If you think sleep problems and bladder problems are a fact of life in old age, you may be right. A new report appearing in the November 2014 issue of The FASEB Journal, shows that our sleep-wake cycles are genetically connected to our bladder, and disruptions to one may cause problems with the other. This discovery builds on the hypotheses that under normal circumstances, a primary clock located in the brain controls several other peripheral clocks located throughout the body. These peripheral clocks, in turn, control the activity of functional proteins and receptors, including those in the bladder.

“We hope our study will stimulate further progress in understanding circadian control of body physiology and aging-related dysfunction and ultimately lead to new strategies of treatment by targeting the circadian regulatory process, including non-drug treatment approaches,” says Changhao Wu, MD, PhD, a researcher involved in the work from the Department of Biochemistry and Physiology at the University of Surrey in the United Kingdom, in a release.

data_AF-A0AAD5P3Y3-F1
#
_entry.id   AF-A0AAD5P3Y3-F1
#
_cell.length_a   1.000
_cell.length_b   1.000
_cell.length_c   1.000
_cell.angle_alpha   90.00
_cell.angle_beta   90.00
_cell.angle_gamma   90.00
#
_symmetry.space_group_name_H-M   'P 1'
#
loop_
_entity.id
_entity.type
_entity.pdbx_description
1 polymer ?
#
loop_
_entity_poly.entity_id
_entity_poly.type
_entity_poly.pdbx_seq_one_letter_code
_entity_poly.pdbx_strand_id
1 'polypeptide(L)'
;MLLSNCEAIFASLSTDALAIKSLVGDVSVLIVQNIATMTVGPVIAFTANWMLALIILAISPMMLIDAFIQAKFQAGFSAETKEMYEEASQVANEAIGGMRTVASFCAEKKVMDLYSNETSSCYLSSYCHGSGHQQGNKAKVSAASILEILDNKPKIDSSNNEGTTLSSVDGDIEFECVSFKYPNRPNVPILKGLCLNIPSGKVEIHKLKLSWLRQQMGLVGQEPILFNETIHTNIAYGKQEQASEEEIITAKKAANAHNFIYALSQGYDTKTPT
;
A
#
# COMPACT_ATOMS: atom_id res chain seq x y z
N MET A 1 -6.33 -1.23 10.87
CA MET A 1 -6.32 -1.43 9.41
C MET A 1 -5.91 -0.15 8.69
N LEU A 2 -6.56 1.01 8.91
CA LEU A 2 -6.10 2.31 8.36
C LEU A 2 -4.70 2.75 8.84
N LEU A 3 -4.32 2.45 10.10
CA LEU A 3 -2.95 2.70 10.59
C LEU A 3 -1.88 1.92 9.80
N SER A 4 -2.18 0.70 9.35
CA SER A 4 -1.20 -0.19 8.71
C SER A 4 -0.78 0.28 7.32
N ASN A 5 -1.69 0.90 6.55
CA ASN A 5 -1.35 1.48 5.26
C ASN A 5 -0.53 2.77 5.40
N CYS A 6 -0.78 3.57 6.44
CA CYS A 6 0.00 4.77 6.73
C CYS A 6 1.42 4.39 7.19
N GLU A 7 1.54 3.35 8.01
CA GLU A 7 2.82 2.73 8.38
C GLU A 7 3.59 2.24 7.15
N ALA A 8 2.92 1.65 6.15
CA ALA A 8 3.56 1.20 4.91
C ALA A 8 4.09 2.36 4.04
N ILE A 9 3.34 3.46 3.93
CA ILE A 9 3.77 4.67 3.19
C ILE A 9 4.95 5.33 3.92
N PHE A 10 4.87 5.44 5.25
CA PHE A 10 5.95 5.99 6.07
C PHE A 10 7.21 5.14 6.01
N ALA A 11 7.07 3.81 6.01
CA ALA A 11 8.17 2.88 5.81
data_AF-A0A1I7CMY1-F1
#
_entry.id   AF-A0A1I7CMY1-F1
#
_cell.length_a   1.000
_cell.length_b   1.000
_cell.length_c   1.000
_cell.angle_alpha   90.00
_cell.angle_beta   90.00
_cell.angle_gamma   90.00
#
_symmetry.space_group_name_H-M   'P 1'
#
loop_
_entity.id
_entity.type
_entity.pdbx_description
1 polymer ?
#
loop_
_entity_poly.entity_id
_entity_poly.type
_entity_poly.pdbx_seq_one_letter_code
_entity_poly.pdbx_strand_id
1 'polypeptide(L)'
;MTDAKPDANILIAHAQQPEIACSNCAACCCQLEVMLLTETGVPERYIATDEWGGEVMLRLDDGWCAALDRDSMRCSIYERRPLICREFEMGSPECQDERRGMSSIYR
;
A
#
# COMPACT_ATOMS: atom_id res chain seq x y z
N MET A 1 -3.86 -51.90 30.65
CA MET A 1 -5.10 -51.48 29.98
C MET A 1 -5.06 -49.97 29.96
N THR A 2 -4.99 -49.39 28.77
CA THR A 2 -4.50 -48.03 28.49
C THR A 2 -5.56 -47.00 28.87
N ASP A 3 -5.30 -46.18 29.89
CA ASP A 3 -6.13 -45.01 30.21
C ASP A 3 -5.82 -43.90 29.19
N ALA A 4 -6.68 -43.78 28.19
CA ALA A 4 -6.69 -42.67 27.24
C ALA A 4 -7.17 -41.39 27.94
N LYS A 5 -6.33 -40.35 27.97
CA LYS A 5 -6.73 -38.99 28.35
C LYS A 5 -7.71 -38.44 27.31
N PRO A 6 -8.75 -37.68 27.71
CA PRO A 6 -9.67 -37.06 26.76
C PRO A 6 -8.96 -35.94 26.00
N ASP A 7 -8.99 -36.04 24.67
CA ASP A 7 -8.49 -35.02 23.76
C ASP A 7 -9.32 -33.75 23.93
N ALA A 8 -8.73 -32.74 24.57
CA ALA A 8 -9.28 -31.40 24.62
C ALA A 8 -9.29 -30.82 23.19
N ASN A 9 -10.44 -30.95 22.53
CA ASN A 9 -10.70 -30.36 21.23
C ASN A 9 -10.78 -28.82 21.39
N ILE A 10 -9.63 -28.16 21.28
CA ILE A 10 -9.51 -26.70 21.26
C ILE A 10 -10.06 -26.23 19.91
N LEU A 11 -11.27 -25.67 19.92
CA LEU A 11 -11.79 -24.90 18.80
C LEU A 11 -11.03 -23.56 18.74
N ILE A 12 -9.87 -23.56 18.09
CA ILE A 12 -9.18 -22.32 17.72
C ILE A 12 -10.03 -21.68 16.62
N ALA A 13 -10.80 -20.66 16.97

To make this discovery, scientists used genetically modified mice in which a special wavelength of light was emitted when the clock proteins were produced in isolated bladder tissue. This light reported real-time clock expression and acted directly as a measure of peripheral clock expression. Over 24 hours, changes in clock expression were recorded in the presence and absence of the receptor activators. Rhythmic clock activities occurred in the bladder wall with a cycle around 24 hours and peaked at about hour 12. Application of these receptor activators shifted the peak of the clock expression to an earlier time. In older mice, the clock expression and its response to the activators were significantly dampened. Bladder contractions also exhibited circadian rhythms, similar to changes of the clock expression. The contractile function in the bladder can be regulated by the local circadian clocks, which are in turn under the feedback control of the output receptors. This reciprocal control of clock function represents an important mechanism for maintaining physiological function in the peripheral hollow organs and its dysregulation may contribute to abnormal motility in age-related disorders such as overactive bladder.

“It’s hard to appreciate how much of a problem an overactive bladder can be,” says Gerald Weissmann, MD, editor-in-chief of The FASEB Journal. “It disrupts many aspects of life, from the obvious, like sleep and travel, to the less obvious, like exercise and entertainment. This study helps us understand what’s causing the problem, and points the way to a solution.”